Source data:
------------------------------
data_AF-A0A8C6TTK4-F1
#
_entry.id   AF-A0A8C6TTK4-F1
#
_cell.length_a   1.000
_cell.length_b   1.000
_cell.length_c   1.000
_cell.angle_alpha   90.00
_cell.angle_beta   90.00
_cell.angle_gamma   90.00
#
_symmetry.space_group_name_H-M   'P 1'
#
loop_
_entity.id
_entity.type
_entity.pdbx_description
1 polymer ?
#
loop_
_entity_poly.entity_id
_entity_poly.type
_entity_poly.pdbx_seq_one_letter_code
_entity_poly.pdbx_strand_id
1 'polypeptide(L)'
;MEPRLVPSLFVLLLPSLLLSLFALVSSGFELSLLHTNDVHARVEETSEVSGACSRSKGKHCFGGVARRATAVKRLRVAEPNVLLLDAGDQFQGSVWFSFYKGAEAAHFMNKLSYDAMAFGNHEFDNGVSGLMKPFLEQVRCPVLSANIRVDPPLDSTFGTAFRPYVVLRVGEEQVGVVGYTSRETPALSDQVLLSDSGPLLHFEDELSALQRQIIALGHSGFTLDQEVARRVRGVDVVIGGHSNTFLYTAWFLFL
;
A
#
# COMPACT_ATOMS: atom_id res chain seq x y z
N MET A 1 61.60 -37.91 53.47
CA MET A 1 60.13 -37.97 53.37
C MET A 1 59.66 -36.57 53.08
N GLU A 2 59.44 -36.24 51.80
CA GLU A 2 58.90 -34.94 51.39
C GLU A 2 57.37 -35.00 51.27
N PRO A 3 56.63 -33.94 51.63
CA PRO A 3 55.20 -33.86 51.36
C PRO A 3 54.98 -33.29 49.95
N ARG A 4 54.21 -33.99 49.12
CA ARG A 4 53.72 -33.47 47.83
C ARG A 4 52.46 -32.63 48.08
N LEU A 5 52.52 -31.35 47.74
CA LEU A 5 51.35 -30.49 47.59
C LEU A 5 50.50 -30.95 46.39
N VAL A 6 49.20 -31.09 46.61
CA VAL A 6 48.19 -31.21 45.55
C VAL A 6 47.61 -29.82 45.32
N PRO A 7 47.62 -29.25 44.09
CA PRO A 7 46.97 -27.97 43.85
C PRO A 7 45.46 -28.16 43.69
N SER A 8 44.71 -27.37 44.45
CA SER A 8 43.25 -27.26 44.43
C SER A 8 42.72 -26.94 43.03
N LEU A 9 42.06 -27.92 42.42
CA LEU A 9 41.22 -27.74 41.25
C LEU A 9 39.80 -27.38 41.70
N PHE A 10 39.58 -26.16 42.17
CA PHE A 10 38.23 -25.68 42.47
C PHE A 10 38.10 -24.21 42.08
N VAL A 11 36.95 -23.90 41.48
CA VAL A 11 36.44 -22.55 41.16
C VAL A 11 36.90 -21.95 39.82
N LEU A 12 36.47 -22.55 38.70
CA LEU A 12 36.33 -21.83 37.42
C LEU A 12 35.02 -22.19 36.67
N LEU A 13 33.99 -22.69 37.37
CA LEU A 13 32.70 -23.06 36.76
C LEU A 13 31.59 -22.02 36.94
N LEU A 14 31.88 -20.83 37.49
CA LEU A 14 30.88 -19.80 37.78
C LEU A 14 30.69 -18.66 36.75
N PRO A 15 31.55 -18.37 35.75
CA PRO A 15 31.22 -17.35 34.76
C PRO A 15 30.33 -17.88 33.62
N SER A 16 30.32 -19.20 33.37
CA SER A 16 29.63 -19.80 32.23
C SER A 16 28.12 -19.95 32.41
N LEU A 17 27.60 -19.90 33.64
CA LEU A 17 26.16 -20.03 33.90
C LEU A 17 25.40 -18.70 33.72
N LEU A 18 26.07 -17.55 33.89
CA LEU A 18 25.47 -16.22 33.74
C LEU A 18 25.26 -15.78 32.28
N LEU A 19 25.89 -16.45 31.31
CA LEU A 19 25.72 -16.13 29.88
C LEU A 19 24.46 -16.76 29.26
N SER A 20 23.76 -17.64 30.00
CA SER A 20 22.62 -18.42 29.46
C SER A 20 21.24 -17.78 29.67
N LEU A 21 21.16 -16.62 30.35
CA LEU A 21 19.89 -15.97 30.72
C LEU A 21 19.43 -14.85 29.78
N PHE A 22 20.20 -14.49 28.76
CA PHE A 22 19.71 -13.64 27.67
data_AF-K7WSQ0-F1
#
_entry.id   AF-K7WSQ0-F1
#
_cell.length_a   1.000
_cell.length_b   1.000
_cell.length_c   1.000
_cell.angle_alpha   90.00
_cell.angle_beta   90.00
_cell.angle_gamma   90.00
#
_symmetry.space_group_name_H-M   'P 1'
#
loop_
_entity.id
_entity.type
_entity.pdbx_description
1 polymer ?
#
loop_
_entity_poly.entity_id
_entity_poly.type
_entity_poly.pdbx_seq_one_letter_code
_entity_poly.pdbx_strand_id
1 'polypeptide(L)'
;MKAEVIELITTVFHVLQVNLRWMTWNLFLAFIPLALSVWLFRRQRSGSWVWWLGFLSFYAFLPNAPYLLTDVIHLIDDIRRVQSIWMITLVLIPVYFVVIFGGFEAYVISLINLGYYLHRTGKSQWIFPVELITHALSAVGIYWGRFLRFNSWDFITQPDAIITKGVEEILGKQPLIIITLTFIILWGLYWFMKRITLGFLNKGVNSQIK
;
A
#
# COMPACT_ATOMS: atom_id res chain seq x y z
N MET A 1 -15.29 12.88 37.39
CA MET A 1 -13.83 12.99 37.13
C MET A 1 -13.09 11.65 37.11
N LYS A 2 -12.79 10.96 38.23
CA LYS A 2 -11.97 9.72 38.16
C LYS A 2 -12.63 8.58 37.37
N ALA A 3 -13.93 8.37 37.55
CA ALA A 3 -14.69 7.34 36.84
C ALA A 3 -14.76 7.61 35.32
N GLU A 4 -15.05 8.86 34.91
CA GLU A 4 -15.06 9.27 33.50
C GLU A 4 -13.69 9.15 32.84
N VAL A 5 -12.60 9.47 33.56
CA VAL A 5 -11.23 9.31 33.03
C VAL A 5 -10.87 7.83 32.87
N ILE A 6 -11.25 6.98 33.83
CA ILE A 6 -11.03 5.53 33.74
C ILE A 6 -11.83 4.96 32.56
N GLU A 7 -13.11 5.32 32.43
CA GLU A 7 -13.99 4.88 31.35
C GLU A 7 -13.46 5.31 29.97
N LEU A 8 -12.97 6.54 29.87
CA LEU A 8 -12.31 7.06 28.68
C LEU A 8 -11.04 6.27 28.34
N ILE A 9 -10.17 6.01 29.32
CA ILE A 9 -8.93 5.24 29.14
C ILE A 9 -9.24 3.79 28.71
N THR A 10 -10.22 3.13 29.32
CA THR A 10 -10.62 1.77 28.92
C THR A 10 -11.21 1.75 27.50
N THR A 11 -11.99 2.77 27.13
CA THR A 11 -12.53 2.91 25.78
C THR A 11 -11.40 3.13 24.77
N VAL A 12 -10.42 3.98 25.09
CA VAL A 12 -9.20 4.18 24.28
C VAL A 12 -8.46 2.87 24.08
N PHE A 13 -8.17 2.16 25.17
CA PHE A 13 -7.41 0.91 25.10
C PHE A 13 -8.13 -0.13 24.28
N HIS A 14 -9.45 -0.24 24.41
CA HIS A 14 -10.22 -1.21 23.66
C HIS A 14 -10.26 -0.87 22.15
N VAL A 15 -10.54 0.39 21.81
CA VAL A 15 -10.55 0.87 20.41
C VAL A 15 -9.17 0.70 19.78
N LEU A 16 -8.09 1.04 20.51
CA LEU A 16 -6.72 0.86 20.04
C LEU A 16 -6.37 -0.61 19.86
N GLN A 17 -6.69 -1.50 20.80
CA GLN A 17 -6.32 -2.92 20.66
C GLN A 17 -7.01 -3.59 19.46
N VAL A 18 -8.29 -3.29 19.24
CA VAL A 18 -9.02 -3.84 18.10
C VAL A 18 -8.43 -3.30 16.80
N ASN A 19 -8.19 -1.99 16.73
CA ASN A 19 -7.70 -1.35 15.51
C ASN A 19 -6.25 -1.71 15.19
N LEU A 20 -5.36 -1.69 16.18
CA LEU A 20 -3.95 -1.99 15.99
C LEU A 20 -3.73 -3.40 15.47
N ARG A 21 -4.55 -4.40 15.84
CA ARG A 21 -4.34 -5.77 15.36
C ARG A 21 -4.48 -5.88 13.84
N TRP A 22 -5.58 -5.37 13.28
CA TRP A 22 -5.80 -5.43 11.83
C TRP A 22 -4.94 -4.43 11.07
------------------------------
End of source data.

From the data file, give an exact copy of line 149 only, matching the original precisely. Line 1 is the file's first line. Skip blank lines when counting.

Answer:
C LEU A 8 -11.04 6.27 28.34